Molecular function attributes were based on Gene Ontology annotation (NetAffx www.affymetrix.com/analysis/netaffx/index.affx), supplemented with information from PubMed and Database for Annotation, Visualization and Integrated Discovery (DAVID) (http://david.abcc.ncifcrf.gov/), which was also used to examine for enrichment of specific categories. Information on mouse mutants was obtained from Mouse Genome Informatics (MGI) (www.informatics.jax.org; accessed 20 December, 2010). For transcription factor binding site (TFBS) prediction, Whole Genome rVISTA (http://genome.lbl.gov/vista/index.shtml) was used to identify motifs that are conserved between mouse and human and are over-represented in the 5 kb upstream regions of diabetes-affected genes, relative to all 5 kb upstream regions in the genome (p < 0.005).


Placentae from normal and diabetic pregnancies were embedded in paraffin using a Shandon Excelsior tissue processor (Thermo, Waltham, MA, USA) and an embedder (Histocentre 3, Thermo), and sectioned at a thickness of 6 μm. Deparaffinisation and staining with haematoxylin/eosin was done in a Special Stainer device (ST5020; Leica Microsystems, Bannockburn, IL, USA), followed by coverslipping (CV5030; Leica). Slides were scanned on a digital pathology station (NDP Nanozoomer; Hamamatsu, Bridgewater, NJ, USA).

In situ hybridisation

In situ hybridisations were performed as published [20] to either 20 μm frozen sections or 6 μm sections of paraffin-embedded tissues. Processing of slides was done together for diabetic and control samples in the same vessel for all fixation, wash, hybridisation, incubation and development steps. Plasmids for probe generation were obtained from Open Biosystems (Huntsville, AL, USA). For comparison of control and diabetic tissues, photography was done with the same magnification and exposure.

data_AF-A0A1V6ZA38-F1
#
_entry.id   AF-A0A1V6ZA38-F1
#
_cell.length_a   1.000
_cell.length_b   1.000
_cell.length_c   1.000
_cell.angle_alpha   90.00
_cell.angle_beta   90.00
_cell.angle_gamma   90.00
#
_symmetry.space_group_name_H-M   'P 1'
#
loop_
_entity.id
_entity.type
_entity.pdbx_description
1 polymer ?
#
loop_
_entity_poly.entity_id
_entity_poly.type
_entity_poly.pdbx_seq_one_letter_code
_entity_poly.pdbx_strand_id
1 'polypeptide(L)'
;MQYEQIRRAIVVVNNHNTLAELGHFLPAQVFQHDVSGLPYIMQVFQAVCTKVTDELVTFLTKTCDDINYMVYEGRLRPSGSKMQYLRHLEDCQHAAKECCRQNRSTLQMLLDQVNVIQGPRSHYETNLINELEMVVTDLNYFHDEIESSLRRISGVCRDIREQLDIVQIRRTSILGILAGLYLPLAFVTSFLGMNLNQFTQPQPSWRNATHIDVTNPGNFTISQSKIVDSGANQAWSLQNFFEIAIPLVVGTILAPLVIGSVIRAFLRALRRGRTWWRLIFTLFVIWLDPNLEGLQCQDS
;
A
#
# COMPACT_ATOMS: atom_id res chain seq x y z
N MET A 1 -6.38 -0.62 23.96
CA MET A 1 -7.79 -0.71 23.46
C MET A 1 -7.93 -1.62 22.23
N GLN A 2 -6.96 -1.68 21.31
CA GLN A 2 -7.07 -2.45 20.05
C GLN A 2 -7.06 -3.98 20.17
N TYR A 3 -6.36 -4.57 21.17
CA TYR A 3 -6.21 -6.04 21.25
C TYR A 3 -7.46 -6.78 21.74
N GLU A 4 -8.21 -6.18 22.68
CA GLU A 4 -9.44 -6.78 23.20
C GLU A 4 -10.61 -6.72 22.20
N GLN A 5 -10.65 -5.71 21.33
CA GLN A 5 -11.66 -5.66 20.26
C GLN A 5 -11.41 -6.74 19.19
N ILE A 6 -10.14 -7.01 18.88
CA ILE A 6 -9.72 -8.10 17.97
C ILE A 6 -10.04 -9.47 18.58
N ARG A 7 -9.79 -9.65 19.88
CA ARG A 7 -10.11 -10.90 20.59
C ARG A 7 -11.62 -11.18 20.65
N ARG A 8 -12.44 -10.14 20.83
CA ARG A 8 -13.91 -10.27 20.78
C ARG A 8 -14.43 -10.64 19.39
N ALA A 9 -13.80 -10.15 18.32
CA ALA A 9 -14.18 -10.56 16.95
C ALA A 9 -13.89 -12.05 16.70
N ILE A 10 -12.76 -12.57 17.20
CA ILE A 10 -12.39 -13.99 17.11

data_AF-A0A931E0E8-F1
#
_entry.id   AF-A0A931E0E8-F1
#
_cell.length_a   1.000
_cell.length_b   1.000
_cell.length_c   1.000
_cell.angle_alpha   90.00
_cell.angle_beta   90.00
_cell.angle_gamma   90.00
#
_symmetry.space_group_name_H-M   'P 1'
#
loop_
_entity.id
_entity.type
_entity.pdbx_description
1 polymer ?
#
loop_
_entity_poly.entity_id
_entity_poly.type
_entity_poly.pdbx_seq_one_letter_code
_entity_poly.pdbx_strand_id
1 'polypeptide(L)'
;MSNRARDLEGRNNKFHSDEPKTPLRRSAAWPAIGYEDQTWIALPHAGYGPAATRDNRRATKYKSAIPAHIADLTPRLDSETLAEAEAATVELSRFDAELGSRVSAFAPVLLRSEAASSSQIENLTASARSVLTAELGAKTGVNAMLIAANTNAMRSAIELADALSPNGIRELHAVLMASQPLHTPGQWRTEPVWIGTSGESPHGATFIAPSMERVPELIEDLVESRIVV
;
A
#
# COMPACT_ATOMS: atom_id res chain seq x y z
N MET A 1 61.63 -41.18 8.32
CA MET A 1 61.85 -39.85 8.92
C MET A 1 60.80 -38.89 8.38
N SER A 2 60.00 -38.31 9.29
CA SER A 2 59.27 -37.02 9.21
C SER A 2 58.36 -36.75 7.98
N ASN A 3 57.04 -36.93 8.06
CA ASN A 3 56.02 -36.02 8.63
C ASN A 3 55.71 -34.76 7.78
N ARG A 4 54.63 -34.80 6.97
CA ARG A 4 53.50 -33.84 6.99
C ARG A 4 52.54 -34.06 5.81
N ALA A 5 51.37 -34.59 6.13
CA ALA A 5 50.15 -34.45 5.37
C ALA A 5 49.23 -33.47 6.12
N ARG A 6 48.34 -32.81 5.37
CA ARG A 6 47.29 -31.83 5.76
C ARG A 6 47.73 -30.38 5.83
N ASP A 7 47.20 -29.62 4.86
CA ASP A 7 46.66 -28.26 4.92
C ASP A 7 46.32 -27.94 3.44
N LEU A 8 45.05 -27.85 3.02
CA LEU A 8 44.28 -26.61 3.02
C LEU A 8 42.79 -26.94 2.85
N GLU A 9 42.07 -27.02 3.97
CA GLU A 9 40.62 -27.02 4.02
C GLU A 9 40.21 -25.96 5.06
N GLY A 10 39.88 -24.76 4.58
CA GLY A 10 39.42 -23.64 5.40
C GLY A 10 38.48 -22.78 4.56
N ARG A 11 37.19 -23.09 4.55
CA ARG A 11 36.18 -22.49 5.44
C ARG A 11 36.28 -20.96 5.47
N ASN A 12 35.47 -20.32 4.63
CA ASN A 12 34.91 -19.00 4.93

Cell counting and statistical analysis

All sections were from the middle of the respective placentae. The sizes of placental compartments were determined as the respective area fractions in ImageJ (National Institutes of Health, Bethesda, MD, USA; http://rsbweb.nih.gov/ij/download.html, accessed 14 March 2011). Cell cluster counting was done by selecting the labyrinth only and counting of pixels with Tpbpa signal above a uniform threshold was performed. The validity of these methods was confirmed manually by two individuals, independently. For each placenta, data from ten sections were averaged and adjusted for size of the whole placenta. We included six placentae each in the control and diabetic groups for gestational day E15.5 and three specimens per group were used for E18.5. Each placenta came from a different pregnancy. Embryo and placenta size were averaged to each dam before averaging for the group. Statistical analysis was done by two-sided t test.

Mouse model of diabetic pregnancy